Fathers of Confederation
met in London's Westminster Hotel
in 1866 to frame the constitution of Canada, The
British North America Act. The British
Parliament passed the Act early in 1867, and
Queen Victoria gave her assent in March. The Act
was formally proclaimed on July 1, 1867.
first sailed to Canada in 1603, and that year
became one of the first Europeans to see Niagara
Falls. In 1605, he helped found a settlement at
Port Royal. In 1608, he founded Quebec, the first
permanent settlement in Canada.
with Father Jacques Marquette, followed the
Mississippi River to its junction with the
Arkansas River, in 1673.
Cavelier, Sieur de La Salle
led an expedition that, in 1682, succeeded in
following the Mississippi River all the way to
its mouth at the Gulf of Mexico. He then claimed
the entire region drained by the Mississippi
River and its tributaries for France.
Le Moyne, Sieur d'Iberville
spent ten years trying to win Canada for France
before founding the first permanent settlement in
Mississippi and what is now Mobile, Alabama.
was a Jesuit priest who, while exploring the
Canadian wilderness, went to great lengths to
learn the language and customs of the Indians he
was charged with converting. In 1673, he and
Louis Joliet followed the Mississippi River to
its junction with the Arkansas River.
was a well known defense lawyer before being
elected to the Canadian House of Commons in 1940.
He became leader of the Progressive Conservatives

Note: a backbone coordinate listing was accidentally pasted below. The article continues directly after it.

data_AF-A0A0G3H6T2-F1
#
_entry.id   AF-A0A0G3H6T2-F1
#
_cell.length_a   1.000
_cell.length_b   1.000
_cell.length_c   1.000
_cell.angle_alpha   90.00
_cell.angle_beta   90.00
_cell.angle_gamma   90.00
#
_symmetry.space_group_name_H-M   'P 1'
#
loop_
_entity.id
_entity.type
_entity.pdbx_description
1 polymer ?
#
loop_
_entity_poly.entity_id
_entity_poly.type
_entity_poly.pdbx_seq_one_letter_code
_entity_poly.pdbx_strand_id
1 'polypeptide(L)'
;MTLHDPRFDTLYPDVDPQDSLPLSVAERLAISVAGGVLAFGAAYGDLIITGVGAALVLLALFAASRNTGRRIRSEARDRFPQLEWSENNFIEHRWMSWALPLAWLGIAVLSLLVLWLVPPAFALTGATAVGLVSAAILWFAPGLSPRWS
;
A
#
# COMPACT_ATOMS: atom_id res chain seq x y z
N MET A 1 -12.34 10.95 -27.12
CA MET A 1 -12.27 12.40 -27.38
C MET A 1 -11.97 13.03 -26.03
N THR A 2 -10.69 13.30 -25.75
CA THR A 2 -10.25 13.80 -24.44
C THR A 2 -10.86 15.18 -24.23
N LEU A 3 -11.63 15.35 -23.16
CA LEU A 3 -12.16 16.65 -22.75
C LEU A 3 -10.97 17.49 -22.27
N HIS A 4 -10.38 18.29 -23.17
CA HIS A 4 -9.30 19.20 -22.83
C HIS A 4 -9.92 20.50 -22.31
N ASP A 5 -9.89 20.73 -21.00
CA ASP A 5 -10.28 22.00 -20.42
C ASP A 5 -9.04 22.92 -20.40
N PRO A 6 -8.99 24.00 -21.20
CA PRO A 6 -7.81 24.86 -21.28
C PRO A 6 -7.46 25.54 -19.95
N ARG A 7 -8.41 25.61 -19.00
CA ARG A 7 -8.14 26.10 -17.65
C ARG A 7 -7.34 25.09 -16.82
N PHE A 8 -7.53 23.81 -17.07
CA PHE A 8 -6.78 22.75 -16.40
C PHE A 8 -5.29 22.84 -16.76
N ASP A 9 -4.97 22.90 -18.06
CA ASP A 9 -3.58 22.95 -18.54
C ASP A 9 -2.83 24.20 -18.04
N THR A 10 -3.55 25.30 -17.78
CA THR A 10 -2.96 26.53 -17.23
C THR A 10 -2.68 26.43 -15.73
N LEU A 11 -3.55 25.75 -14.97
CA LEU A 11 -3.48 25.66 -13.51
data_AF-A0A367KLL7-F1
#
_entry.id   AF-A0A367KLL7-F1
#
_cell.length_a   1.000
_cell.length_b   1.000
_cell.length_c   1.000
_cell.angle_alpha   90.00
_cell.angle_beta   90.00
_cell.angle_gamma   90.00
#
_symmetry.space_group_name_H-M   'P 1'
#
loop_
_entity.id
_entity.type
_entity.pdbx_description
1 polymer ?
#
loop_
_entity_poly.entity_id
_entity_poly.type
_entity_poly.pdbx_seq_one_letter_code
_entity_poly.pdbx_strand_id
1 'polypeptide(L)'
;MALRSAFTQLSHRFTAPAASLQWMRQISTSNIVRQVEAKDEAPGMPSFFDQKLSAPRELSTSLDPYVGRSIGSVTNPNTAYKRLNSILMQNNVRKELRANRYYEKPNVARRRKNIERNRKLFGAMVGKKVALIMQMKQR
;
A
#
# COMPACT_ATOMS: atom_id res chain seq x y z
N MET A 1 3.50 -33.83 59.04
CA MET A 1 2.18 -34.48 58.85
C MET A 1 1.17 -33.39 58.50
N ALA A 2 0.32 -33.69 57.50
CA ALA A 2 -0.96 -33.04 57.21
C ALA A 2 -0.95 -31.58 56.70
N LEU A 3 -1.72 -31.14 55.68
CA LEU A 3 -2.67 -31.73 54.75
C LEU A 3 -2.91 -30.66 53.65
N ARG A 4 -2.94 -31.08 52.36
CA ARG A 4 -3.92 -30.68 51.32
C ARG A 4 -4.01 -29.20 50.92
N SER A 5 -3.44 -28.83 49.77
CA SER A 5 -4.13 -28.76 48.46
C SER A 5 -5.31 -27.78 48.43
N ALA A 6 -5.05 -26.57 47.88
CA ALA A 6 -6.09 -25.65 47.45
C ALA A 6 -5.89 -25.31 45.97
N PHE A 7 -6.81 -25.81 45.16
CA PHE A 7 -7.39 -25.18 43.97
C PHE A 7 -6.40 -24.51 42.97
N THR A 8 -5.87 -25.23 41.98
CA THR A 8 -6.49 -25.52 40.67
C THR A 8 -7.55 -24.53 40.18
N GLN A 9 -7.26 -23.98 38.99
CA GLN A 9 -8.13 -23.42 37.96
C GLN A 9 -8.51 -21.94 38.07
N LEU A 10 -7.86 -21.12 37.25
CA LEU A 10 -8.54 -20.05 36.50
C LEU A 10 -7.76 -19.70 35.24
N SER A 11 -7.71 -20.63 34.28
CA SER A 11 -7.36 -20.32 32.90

in 1948, and became Prime Minister in 1957. A
dispute with the United States over the placement
of nuclear warheads in Canada led to his defeat
John Alexander Macdonald
was the first Prime Minister of the Dominion of
Canada. During his long public career, Canada
grew from a group of colonies into a
self-governing, united dominion extending across
served as Prime Minister from 1984 to 1993.
During his tenure, the U.S. and Canada signed a
free trade agreement, and the Canadian government
reached an agreement with the Inuit that
ultimately resulted in formation of the Territory
had a diplomatic career that included helping to
establish NATO, helping to end the Korean War,
and being the only Canadian ever to receive the
Nobel Peace Prize. As Prime Minister, he did much
to try and solve the crisis caused by Quebec's
desire for separate recognition from the national
government. He was also responsible for Canada's
now famous Maple Leaf Flag.
On January 1 the law granting the right of
Canadian citizenship to every native-born
Canadian and to all who take out citizenship
papers went into effect.
Visits Canada, in 1957
On October 14, 1957, Queen Elizabeth II became
the first reigning British monarch to open the
Princess Margaret of the United
Kingdom made a month-long visit across Canada,
beginning on July 12 in British Columbia, where
she spent two weeks participating in provincial
On June 18, Queen Elizabeth II and
Prine Philip arrived at St. John's Newfoundland,
to begin a six-week tour of Canada. On
August 1, the Queen approved the appointment of
Major General George Philias Vanier to succeed
retiring Vincent Massey as Governor-General.
During 1960 there were some signs that the
Canadian economy was slipping into a recession.
Canada marked the centennial of its Confederation
with a year-long celebration in 1967. The year
was also marked by the abolition of the death
penalty, unification of all Canadian military
forces under a single Canadian Armed Forces, and
an attempt by French President Charles De Gaulle
to spur the secessionist movement in Quebec.
Canada in 1978
On April 20, 1978, Pierre
Elliott Trudeau celebrated his tenth anniversary
as Prime Minister of Canada.
Canadians voted for change in 1979.